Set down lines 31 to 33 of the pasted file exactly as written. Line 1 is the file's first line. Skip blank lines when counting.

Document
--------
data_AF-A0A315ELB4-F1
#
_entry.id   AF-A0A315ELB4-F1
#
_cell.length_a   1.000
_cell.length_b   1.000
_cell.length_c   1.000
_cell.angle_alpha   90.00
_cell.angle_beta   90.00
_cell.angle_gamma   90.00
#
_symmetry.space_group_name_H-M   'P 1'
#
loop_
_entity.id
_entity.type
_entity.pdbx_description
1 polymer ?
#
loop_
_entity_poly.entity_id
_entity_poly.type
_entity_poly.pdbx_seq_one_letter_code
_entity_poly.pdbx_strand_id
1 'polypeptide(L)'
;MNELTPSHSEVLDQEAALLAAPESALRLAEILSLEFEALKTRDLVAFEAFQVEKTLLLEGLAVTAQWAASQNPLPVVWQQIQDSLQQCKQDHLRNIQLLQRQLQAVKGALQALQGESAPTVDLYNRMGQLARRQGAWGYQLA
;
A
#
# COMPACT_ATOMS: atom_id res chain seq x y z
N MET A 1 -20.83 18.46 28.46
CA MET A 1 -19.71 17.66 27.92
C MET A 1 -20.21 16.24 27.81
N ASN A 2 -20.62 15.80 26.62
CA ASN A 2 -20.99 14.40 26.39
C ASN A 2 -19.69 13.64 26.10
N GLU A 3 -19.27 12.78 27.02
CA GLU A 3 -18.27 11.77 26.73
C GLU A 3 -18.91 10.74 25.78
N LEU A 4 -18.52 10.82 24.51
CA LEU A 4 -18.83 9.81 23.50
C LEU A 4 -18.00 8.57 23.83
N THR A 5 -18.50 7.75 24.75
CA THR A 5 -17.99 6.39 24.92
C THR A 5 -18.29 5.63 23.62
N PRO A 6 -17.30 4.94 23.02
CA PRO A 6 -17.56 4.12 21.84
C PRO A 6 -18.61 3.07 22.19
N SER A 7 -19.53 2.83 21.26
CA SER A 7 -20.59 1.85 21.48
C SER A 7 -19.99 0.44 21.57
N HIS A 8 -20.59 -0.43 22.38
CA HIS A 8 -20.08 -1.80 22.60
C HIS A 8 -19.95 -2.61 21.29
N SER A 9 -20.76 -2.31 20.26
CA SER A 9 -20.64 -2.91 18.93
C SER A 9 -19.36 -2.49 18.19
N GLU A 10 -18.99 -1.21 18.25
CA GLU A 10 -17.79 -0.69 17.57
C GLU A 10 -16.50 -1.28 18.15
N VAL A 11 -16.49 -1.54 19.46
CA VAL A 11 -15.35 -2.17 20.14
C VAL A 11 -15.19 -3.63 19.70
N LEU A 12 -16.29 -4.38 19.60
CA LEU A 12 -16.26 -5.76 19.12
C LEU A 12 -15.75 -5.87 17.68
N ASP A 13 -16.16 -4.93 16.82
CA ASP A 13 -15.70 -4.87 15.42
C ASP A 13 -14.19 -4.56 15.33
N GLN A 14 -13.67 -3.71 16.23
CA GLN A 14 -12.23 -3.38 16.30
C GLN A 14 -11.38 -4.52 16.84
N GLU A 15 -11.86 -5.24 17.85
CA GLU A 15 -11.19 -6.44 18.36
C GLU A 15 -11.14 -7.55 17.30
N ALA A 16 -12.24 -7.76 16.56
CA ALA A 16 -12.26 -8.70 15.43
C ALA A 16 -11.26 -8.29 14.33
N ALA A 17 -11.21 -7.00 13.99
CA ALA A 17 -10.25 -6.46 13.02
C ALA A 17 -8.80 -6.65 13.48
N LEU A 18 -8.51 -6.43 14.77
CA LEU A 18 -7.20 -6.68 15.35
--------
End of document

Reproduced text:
N MET A 1 -20.83 18.46 28.46
CA MET A 1 -19.71 17.66 27.92
C MET A 1 -20.21 16.24 27.81